The Gregorian Blog
Robert the Bruce, Braveheart, Benedictines, and Three Important Lessons for Life
I have a friend who believes that the litmus test for masculinity is whether or not a man has seen—and loves—the movie, Braveheart. I’m not sure I’d go that far, but it is certainly a movie that inspires me to be a better man; to show courage, to remain true to my convictions, and to fight for what is right—even in the face of persecution and death.
Although the film tells the story of Scottish freedom fighter William Wallace, the very end of it focuses on Robert the Bruce. He was the heir to the Scottish throne who led his countrymen into the Battle of Bannockburn. In the words of the narrator of Braveheart:
In the Year of our Lord 1314, patriots of Scotland - starving and outnumbered - charged the fields of Bannockburn. They fought like warrior poets; they fought like Scotsmen, and won their freedom.
(I always get goosebumps when I hear—or read—those words; and I feel blessed that I’m at least 1/8th Scottish.)
For whatever reason, I thought of Braveheart yesterday; specifically, Robert the Bruce, and this led me to invest 45 minutes of my life Googling my way to a deeper knowledge of the man beyond the movie.
As it turns out, Robert the Bruce died 683 years ago this month. It is no surprise to most people that he was Catholic. What may surprise, and interest, those of us at the Gregorian Institute, as well as those with ties to the Benedictine monastic tradition, is that, when he died, two things happened:
1. His body was buried at Dumferline Abbey.
2. (According to some reports) his heart was interred at Melrose Abbey.
The former is currently a Church of Scotland Parish Church; it used to be a Benedictine Abbey that was sacked in 1560 during the Scottish Reformation. The latter is a Cistercian Abbey founded in 1136; the Cistercians were a reform-minded group of monks committed to a more literal reading of the Rule of St. Benedict.
So, Robert the Bruce has ties to the Benedictines (and, hence, to Benedictine College) in a roundabout sort of way. I think that’s great.
In addition to this interesting tidbit, I learned these incontrovertible historical facts:
• Robert the Bruce is still considered one of Scotland’s greatest kings. Given his training as a feudal knight, he was one of the first to wage war using essentially guerilla tactics. It is for this reason, quite possibly, that he was successful in soundly defeating Edward the Longshanks and leading Scotland to independence.
• The hesitancy and uncertainty that we see in the Braveheart character was, at least at one point, true of the real man. Earlier in his life, Robert the Bruce’s allegiance would waffle between Scotland and England. As a result, many Scots did not trust him and considered other Lords more viable claimants to the crown.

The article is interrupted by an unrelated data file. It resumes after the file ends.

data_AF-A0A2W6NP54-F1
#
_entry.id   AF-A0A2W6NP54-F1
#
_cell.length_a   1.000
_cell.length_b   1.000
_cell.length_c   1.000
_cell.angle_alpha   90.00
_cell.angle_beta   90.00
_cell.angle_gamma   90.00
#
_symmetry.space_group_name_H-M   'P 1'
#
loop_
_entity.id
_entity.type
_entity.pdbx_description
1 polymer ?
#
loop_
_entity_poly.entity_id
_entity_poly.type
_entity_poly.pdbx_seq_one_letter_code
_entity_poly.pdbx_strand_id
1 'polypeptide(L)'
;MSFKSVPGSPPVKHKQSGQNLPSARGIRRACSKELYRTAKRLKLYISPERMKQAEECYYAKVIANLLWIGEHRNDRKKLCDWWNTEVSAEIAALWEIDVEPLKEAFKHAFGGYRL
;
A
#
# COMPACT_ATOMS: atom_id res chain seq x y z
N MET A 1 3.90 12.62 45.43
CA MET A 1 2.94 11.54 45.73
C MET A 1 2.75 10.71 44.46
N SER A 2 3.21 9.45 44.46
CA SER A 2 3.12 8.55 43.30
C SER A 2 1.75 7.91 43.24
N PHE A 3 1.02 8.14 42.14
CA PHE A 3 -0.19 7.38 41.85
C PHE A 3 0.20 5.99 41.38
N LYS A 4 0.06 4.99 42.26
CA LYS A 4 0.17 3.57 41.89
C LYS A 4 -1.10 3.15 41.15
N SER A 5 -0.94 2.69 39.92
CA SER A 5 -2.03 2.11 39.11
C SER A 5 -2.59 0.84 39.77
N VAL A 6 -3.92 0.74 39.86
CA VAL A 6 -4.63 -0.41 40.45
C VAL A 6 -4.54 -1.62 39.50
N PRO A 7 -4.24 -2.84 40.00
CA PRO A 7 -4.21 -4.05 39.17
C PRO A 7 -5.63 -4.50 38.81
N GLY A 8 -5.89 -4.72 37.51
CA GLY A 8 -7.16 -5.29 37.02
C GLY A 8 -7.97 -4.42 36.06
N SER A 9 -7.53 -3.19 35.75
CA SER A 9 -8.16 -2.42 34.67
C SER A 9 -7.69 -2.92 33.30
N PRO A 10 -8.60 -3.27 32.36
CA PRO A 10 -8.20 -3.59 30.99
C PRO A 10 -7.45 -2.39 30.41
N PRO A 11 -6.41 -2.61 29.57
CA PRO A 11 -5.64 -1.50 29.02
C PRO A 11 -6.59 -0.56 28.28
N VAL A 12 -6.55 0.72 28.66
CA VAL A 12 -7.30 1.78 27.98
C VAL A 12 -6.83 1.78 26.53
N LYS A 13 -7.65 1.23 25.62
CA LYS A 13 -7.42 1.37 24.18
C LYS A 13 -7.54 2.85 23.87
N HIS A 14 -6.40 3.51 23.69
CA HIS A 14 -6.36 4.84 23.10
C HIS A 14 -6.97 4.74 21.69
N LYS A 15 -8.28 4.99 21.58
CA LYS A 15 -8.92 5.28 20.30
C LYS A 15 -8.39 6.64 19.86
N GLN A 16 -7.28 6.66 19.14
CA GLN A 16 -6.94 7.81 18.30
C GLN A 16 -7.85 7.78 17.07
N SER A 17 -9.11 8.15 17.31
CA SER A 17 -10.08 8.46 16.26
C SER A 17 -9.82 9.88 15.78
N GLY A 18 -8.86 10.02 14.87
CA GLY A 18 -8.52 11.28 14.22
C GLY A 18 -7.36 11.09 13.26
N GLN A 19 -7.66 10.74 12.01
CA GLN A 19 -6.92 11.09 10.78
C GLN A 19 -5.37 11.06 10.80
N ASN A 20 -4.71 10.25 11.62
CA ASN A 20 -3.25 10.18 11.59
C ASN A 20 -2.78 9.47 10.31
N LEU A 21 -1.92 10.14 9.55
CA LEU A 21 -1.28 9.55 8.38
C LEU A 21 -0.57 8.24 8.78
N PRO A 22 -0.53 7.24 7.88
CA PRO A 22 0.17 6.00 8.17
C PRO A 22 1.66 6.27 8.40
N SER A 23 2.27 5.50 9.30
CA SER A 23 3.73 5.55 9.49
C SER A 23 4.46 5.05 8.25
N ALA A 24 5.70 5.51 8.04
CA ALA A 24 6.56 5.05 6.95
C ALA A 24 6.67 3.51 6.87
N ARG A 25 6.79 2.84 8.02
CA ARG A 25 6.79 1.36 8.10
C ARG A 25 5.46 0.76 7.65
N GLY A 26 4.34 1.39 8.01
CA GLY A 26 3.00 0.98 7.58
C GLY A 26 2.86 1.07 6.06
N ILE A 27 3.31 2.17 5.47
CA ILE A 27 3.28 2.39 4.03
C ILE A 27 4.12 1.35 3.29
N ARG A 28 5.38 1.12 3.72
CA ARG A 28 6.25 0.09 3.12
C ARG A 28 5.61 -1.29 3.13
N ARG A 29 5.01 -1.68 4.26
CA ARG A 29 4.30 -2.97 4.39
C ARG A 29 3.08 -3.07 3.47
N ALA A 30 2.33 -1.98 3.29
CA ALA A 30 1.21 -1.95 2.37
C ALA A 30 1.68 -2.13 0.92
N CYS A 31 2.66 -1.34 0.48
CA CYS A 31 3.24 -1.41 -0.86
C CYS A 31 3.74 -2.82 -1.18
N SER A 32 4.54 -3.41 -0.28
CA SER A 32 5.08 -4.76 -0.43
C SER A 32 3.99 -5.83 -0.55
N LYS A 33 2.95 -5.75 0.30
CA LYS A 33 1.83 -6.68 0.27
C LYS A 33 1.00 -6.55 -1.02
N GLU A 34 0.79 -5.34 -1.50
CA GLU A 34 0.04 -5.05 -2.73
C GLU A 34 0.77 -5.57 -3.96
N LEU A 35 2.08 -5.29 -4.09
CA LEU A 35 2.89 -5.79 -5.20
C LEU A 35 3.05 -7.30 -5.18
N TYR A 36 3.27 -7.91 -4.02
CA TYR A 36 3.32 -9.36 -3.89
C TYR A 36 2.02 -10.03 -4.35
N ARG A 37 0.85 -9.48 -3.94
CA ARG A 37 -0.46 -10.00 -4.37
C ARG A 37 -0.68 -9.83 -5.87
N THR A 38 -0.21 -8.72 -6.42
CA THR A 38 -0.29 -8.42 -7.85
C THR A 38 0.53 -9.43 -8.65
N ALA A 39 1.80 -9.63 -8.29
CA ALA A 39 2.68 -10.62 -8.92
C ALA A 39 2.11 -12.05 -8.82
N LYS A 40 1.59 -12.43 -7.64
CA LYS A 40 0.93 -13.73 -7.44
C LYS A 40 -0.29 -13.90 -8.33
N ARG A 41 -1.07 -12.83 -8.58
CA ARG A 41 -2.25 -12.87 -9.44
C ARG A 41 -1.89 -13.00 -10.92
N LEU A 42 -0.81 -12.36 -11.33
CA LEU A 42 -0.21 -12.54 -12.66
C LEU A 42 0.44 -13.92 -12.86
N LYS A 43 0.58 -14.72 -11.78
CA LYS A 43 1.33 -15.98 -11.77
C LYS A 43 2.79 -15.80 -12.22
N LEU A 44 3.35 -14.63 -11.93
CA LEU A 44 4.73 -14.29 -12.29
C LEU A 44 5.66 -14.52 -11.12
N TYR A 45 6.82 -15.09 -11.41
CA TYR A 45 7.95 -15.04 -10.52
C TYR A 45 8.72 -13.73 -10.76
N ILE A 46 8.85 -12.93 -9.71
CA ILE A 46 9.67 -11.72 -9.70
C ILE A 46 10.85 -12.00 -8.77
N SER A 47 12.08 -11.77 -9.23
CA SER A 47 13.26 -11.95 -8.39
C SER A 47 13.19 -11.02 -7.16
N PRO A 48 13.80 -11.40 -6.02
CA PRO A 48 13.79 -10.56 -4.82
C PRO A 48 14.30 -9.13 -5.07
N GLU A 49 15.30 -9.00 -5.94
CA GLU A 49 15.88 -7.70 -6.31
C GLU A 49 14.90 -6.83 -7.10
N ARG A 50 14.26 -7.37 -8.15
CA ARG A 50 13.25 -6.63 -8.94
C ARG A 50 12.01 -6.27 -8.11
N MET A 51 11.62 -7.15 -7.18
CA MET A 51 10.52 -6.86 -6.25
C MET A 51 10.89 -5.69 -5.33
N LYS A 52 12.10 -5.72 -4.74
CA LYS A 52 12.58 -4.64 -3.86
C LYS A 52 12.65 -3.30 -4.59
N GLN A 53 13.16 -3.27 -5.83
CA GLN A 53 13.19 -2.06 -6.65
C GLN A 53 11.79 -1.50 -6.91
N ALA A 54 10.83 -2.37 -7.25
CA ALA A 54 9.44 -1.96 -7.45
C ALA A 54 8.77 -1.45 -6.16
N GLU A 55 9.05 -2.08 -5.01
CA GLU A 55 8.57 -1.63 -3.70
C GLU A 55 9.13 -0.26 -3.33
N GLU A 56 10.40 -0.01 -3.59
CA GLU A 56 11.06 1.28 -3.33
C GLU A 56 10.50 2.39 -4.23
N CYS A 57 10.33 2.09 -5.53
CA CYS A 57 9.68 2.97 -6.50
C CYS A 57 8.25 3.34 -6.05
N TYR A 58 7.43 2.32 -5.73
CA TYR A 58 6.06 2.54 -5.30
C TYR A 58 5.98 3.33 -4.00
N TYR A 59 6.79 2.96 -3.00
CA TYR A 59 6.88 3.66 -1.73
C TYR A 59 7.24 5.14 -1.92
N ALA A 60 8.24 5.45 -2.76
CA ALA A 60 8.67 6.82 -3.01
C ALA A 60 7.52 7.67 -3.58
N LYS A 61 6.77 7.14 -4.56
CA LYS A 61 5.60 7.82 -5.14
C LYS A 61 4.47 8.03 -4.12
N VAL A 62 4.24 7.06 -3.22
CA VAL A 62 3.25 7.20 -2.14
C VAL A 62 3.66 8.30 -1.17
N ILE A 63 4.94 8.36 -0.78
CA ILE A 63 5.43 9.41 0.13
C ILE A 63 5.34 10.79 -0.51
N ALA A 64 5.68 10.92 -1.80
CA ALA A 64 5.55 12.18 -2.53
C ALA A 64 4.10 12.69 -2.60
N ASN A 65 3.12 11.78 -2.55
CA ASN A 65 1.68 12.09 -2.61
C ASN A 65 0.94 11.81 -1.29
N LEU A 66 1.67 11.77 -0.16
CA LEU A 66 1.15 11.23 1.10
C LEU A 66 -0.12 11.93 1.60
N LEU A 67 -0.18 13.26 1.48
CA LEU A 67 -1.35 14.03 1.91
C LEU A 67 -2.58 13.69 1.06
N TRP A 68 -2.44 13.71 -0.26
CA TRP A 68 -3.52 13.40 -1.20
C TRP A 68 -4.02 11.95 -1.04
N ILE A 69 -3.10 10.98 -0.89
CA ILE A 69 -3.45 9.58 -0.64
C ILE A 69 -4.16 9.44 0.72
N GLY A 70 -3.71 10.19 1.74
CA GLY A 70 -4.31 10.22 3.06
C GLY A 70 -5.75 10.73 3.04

• In 1306, in response to perceived betrayal, Robert the Bruce killed John Comyn, a strong rival for the Scottish crown. Bruce killed Comyn before the high altar at the Church of Greyfriars in Dumfries, Scotland. For his violence and sacrilege, he was excommunicated from the Church.
• Robert the Bruce later made a confession of his sin to Robert Wishart, Bishop of Glasgow. He was granted absolution, but remained excommunicated until 1320, when he was restored to full communion by Pope John XXII.
As you might expect, there is some discrepancy between the character in Braveheart and the man of history. But, there is enough in common to draw these three lessons from his life:
First, people who change history—for good or bad—are willing to sacrifice everything. As Braveheart rightly reveals, Robert the Bruce would have gained much by submitting to Edward the Longshanks and forming a treaty with England; he would have added to his land and holdings, flourished financially, and lived in relative stability and peace. But if he claimed the throne, he would throw Scotland into another series of wars, endanger his large family, and possibly sacrifice everyone and everything he knew.
He risked everything—and changed the course of history. Likewise, those in the Church cannot expect to influence the world for Christ without the willingness to sacrifice everything dear to us—including our lives. “He that findeth his life, shall lose it: and he that shall lose his life for me, shall find it” (Matthew 10:39).
Second, history-changing people are often world-class sinners, too. So, let’s remember to influence the present and future by living for eternity. He may go down as one of the greatest kings of Scotland, but Robert the Bruce murdered a man a few feet from where bread and wine became the body, blood, soul, and divinity of Jesus. If he never repented of that, or the other sins of his life, no amount of heroism or victory in battle would have saved his soul.
In the same way, it’s nice for our lives to be remembered, but it means nothing if Christ says to us, “I never knew you” (Matthew 7:21-23). Our main concern isn’t to make a name for ourselves, but to exalt the name of Jesus (Philippians 2:6-11).
Third, there’s nothing in history that will endure—except the Church. There’s an old saying, “Only one life, ‘twill soon be past / Only what’s done for Christ will last." I admire Robert the Bruce and his loyalty to his people and nation, but Scotland will not last forever. Many of us are very patriotic; we love the United States with everything in us. But America, too, will pass. So, our ultimate allegiance should be to the Church. It should command the greatest investment of our talent, time, and treasure. After all, the purpose of the Church is to bring glory to Jesus Christ—and this is a purpose that will never become outdated, but will endure forever.
I hope you enjoyed learning a little about Robert the Bruce and the lessons of his life. Hopefully, these lessons will help us re-commit ourselves to heroism, saintliness, and (you knew I had to say it)…